Rule 4(a)(4) of the Federal Rules of Appellate Procedure provides that:
If a timely motion under the Federal Rules of Civil Procedure is filed in the district court by any party: ... under Rule 59 to alter or amend the judgment ... the time for appeal for all parties shall run from the entry of the order ... granting or denying any ... such motion. A notice of appeal filed before the disposition of any of the above motions shall have no effect.
Seemingly, Alimenta's first notice of appeal filed during the pendency of Anheuser's Rule 59 motion is ineffective. However, Anheuser's "Rule 59" motion was not in fact a motion to alter or amend judgment. According to Lucas v. Florida Power and Light Co., 729 F.2d 1300 (11th Cir.1984), "(a) motion respecting costs is not a motion to alter or amend a judgment under Rule 59. Rule 59 applies to motions for reconsideration of matters encompassed in a decision on the merits of the dispute and not matters collateral to the merits." Id. at 1301. In the present case, Anheuser's "Rule 59" motion in fact requests the court to tax the costs of the action to the losing party. In keeping with Rule 4(a)(4) of the Federal Rules of Appellate Procedure, and with the Lucas case, Alimenta's first Notice of Appeal is valid. As to Anheuser's Notice of Cross-Appeal, it is ineffective. According to Federal Rules of Appellate Procedure, Rule 4(a)(3),
If a timely notice of appeal is filed by a party, any other party may file a notice of appeal within 14 days after the date on which the first notice of appeal was filed, or within the time otherwise prescribed by this Rule 4(a), whichever period last expires.
Anheuser's Notice of Cross Appeal was filed two months after Alimenta's first Notice of Appeal, and was therefore not timely filed.
The next issue to be addressed is whether the district court abused its discretion in excluding the testimony of Dr. John T. Powers, an expert witness for Alimenta. The district court's exclusion of Dr. Powers' testimony was a sanction imposed upon Alimenta for failure to conform to Fed.R.Civ.P. 26(e)(1)(B) which states that:
A party is under a duty seasonably to supplement his response with respect to any question directly addressed to ... the identity of each person expected to be called as an expert witness at trial, the subject matter on which he is expected to testify, and the substance of his testimony.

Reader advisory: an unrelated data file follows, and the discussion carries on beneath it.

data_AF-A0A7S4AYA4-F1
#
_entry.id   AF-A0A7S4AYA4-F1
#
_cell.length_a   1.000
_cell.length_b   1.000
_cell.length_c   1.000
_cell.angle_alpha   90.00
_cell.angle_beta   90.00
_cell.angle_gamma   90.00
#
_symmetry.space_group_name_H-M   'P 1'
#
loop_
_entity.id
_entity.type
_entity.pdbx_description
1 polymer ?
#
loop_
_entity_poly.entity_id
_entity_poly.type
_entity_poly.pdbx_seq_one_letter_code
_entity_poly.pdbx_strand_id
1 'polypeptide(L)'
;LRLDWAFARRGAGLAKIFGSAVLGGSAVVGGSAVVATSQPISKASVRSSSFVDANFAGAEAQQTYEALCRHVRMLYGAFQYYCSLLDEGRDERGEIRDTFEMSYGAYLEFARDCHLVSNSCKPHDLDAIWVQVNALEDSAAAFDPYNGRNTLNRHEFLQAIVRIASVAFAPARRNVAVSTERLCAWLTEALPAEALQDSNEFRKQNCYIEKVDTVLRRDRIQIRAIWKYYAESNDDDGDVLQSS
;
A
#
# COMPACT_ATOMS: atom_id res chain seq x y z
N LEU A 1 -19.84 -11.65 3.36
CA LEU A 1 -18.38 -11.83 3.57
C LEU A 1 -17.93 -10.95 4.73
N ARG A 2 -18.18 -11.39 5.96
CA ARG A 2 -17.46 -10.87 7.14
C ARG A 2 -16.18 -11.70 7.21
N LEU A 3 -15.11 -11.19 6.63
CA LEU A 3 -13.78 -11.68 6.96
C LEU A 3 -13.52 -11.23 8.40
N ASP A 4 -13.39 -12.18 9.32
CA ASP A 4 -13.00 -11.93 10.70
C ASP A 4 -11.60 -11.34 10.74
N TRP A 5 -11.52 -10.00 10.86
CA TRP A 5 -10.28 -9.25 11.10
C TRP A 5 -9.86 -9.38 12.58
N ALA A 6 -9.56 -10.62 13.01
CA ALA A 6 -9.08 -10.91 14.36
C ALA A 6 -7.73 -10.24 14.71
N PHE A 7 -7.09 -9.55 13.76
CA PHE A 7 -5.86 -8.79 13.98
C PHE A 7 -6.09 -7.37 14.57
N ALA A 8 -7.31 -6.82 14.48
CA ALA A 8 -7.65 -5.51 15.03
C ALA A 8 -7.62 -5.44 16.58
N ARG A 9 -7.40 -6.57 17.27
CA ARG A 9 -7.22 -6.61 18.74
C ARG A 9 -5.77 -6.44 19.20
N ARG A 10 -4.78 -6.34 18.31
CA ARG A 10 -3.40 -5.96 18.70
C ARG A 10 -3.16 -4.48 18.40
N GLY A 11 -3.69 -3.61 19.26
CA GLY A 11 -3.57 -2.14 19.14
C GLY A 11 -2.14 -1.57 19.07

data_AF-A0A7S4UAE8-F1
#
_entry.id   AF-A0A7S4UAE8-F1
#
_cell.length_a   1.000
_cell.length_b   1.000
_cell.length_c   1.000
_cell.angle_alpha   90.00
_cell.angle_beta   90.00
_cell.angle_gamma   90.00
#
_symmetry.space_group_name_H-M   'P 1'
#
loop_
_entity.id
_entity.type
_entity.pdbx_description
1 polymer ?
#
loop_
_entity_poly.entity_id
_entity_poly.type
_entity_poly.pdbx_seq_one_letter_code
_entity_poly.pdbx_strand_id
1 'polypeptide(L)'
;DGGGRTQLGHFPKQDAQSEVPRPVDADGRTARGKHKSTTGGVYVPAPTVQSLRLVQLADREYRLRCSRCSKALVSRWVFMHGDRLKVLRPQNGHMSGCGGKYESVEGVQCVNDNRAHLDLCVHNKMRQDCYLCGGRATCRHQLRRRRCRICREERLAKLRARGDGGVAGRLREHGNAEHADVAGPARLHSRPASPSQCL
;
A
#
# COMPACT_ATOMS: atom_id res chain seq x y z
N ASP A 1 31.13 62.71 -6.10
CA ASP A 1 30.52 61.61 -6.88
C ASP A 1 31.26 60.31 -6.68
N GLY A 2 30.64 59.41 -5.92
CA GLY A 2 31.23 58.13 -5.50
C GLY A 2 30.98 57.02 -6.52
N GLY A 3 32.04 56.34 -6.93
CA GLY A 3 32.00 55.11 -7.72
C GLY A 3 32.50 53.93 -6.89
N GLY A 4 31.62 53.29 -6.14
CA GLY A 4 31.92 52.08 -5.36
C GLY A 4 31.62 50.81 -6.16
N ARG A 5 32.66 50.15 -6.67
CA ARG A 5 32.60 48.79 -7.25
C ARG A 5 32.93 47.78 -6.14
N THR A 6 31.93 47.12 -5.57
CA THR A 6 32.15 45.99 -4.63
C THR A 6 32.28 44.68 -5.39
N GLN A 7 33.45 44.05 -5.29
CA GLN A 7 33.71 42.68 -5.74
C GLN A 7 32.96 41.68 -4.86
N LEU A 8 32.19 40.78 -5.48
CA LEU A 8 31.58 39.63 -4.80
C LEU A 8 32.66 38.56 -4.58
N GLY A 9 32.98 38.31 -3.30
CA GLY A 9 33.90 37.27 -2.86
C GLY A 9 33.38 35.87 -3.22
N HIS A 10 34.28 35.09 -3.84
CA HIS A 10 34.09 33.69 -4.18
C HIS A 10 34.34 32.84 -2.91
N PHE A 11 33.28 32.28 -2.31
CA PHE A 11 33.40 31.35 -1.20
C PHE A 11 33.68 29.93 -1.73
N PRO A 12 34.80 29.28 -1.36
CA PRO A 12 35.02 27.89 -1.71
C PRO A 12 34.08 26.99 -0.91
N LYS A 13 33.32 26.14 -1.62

The factors to be considered by the court in determining whether the evidence should be excluded are set out in Murphy v. Magnolia Electric Power Association, 639 F.2d 232 (5th Cir.1981), which quotes 8 C. Wright & Miller, Federal Practice and Procedure, Sec. 2050 at 327 (1970) as " ... the explanation, if any, for the failure to name the witness, the importance of the testimony of the witness, the need for time to prepare to meet the testimony, and the possibility of a continuance." In the present case, Anheuser made a written request that Alimenta supplement its answers to expert witness interrogatories by summarizing Dr. Powers' testimony, which Alimenta refused. Dr. Powers never actually tasted the peanuts, and his testimony would have been a criticism of the methods employed by Anheuser's experts to determine the quality of the peanuts. Further, Anheuser was finally allowed to depose Dr. Powers the day before the trial began, leaving Anheuser with little time to prepare to meet his testimony. Based on these considerations, the trial judge did not abuse his discretion in excluding Dr. Powers' testimony.
The next issue to be determined is whether the Parole Evidence Rule, O.C.G.A. Sec. 11-2-202, provides a basis to disturb the jury's finding that Alimenta made and breached an express warranty by sample. According to O.C.G.A. Sec. 11-2-313, an express warranty may be created by sample: